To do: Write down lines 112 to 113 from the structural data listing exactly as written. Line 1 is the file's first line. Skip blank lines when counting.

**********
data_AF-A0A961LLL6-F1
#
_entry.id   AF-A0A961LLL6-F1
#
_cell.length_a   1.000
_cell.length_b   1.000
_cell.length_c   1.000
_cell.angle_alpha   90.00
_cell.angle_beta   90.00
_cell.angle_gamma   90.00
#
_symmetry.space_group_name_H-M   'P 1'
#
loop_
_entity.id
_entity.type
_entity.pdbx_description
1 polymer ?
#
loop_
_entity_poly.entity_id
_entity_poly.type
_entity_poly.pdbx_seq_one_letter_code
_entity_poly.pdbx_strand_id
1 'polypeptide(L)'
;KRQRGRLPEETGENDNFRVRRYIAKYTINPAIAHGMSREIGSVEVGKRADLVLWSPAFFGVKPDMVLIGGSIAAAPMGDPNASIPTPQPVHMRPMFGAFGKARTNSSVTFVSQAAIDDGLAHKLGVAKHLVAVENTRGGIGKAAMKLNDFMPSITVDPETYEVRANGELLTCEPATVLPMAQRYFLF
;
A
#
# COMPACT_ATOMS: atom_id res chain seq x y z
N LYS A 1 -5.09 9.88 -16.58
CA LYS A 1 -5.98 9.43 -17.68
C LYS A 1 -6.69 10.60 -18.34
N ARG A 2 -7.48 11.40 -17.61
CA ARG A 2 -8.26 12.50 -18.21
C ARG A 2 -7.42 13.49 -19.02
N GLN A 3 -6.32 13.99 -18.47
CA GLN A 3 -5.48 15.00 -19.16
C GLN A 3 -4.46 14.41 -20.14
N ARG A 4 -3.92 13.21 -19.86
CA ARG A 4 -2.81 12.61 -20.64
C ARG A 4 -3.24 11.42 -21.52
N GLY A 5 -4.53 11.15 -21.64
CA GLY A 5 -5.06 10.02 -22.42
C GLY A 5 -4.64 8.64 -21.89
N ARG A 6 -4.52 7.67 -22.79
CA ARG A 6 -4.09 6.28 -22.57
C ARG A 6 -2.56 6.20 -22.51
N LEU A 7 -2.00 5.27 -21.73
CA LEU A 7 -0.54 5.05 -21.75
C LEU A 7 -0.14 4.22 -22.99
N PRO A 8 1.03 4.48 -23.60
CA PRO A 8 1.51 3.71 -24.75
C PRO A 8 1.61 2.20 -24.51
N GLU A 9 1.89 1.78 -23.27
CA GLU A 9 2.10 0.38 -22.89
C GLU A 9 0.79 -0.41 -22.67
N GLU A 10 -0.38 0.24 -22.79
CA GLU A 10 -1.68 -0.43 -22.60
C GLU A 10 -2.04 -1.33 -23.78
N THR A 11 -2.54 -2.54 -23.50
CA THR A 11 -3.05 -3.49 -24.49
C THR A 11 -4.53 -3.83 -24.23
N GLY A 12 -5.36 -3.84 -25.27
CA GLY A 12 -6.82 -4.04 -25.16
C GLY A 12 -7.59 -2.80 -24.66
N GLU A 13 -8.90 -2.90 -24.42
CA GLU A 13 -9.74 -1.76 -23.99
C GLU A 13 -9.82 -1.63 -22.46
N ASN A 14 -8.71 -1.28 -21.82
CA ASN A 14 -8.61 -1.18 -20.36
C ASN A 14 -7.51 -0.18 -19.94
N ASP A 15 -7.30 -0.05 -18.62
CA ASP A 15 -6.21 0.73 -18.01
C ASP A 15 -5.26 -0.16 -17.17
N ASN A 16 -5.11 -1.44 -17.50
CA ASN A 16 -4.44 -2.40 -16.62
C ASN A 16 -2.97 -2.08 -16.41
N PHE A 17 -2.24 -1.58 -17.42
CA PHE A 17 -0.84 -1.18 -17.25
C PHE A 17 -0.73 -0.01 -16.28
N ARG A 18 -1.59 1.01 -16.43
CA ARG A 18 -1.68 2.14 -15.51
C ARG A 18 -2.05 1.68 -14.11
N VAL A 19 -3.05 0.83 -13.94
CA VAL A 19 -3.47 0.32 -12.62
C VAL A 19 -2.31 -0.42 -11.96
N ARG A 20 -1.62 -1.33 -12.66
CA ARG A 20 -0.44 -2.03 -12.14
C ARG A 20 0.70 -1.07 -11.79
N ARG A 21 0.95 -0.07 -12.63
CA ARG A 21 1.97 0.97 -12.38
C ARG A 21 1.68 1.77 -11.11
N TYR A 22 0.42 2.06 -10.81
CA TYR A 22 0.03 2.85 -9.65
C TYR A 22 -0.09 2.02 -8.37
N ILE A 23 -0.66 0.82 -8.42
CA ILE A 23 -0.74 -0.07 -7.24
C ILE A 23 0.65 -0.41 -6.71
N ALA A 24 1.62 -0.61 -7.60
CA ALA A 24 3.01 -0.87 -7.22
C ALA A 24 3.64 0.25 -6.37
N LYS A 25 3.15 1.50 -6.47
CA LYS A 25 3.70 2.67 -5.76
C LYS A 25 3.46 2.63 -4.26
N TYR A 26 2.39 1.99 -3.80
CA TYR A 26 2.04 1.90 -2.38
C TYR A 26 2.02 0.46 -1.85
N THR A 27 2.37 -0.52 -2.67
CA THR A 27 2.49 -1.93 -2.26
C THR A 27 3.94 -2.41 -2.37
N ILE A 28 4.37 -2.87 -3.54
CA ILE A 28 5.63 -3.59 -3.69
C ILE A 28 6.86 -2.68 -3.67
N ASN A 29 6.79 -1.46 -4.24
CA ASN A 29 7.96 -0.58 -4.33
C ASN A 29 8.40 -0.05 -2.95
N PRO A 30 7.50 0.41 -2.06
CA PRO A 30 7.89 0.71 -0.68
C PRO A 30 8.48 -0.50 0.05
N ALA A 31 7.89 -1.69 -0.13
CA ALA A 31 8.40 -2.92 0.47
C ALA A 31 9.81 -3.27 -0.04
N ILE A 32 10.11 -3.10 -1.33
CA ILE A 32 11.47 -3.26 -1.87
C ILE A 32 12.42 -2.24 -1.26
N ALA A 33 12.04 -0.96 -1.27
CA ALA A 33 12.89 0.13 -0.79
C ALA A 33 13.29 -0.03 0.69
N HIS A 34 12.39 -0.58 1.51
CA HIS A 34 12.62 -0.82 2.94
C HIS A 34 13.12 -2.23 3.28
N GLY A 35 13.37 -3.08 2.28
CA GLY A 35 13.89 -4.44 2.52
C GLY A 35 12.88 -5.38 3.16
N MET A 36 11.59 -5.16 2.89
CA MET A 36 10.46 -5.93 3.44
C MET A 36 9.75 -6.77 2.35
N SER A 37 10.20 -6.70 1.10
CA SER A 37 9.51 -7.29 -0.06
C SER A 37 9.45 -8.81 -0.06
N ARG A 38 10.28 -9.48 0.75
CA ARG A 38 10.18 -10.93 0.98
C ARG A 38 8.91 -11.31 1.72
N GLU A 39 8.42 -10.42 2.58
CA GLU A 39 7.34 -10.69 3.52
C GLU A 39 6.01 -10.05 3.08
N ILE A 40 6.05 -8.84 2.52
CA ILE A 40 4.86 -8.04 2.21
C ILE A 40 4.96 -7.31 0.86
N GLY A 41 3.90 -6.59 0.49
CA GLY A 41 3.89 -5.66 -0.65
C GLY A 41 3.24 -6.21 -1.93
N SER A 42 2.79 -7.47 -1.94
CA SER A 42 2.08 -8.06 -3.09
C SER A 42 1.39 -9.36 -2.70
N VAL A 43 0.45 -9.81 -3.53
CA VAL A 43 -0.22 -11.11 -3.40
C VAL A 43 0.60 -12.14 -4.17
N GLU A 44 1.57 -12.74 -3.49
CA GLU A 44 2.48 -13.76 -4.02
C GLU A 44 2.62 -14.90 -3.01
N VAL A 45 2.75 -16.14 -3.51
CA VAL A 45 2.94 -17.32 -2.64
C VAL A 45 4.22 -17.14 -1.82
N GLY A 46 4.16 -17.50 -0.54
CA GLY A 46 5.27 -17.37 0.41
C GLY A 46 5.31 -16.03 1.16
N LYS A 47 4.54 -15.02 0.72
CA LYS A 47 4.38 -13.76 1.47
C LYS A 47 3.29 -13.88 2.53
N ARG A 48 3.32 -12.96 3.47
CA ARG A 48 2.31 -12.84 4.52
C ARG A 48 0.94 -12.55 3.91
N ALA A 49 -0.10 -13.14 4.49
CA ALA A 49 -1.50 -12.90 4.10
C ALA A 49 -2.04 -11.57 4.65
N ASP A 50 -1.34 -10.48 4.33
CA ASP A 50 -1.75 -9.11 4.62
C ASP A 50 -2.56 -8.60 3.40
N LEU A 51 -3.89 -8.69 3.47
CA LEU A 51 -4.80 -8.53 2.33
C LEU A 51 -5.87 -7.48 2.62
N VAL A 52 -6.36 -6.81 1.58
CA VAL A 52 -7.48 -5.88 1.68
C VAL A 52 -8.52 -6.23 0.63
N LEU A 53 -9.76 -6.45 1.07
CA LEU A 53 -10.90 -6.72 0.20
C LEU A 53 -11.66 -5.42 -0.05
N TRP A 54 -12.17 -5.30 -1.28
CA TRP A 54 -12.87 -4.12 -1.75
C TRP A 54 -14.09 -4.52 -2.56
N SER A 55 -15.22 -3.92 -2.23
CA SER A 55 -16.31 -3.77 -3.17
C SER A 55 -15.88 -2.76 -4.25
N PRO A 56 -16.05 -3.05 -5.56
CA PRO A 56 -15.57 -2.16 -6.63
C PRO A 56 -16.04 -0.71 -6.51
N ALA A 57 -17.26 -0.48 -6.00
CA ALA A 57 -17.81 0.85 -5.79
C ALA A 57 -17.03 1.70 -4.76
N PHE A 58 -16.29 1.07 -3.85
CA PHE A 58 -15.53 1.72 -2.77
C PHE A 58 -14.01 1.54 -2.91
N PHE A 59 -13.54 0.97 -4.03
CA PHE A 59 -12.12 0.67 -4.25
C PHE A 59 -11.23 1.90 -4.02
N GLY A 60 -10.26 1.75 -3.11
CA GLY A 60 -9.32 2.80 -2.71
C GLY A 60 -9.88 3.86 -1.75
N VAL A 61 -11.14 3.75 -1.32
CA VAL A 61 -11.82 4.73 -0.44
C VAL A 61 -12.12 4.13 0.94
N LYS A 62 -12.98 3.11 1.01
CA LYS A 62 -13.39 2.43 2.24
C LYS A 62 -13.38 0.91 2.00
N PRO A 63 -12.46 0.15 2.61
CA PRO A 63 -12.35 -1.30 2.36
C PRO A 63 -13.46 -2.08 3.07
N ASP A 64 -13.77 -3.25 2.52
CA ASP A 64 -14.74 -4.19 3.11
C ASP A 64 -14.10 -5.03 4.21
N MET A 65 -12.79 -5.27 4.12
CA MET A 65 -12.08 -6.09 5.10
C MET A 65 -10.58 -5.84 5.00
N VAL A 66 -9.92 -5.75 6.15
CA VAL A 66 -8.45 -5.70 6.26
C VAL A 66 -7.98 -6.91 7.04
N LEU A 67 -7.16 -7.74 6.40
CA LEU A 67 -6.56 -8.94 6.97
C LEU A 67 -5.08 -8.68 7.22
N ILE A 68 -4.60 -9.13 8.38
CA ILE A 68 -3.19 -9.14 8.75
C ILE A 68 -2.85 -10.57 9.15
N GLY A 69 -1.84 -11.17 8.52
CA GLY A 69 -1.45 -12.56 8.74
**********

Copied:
N ILE A 28 4.37 -2.87 -3.54
CA ILE A 28 5.63 -3.59 -3.69